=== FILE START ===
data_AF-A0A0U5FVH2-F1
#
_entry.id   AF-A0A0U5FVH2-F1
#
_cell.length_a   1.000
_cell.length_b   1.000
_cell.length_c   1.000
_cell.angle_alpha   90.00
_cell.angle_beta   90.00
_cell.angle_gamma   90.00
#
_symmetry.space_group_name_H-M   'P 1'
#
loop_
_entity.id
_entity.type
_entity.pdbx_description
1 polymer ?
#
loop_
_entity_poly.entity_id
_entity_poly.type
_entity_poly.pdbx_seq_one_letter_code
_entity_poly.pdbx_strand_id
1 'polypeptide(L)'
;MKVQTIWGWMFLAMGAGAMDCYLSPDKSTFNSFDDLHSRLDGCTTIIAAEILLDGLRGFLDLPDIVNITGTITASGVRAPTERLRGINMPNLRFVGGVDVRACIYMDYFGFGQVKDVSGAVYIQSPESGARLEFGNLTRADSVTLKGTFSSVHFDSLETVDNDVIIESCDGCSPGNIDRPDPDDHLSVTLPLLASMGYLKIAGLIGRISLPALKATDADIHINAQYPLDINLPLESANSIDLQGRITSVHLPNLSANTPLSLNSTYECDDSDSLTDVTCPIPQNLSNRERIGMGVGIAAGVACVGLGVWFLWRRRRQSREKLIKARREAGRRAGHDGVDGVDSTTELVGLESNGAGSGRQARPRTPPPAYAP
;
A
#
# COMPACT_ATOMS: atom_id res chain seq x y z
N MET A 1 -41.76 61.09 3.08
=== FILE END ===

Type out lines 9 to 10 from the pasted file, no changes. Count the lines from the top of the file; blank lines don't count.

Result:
_cell.angle_beta   90.00
_cell.angle_gamma   90.00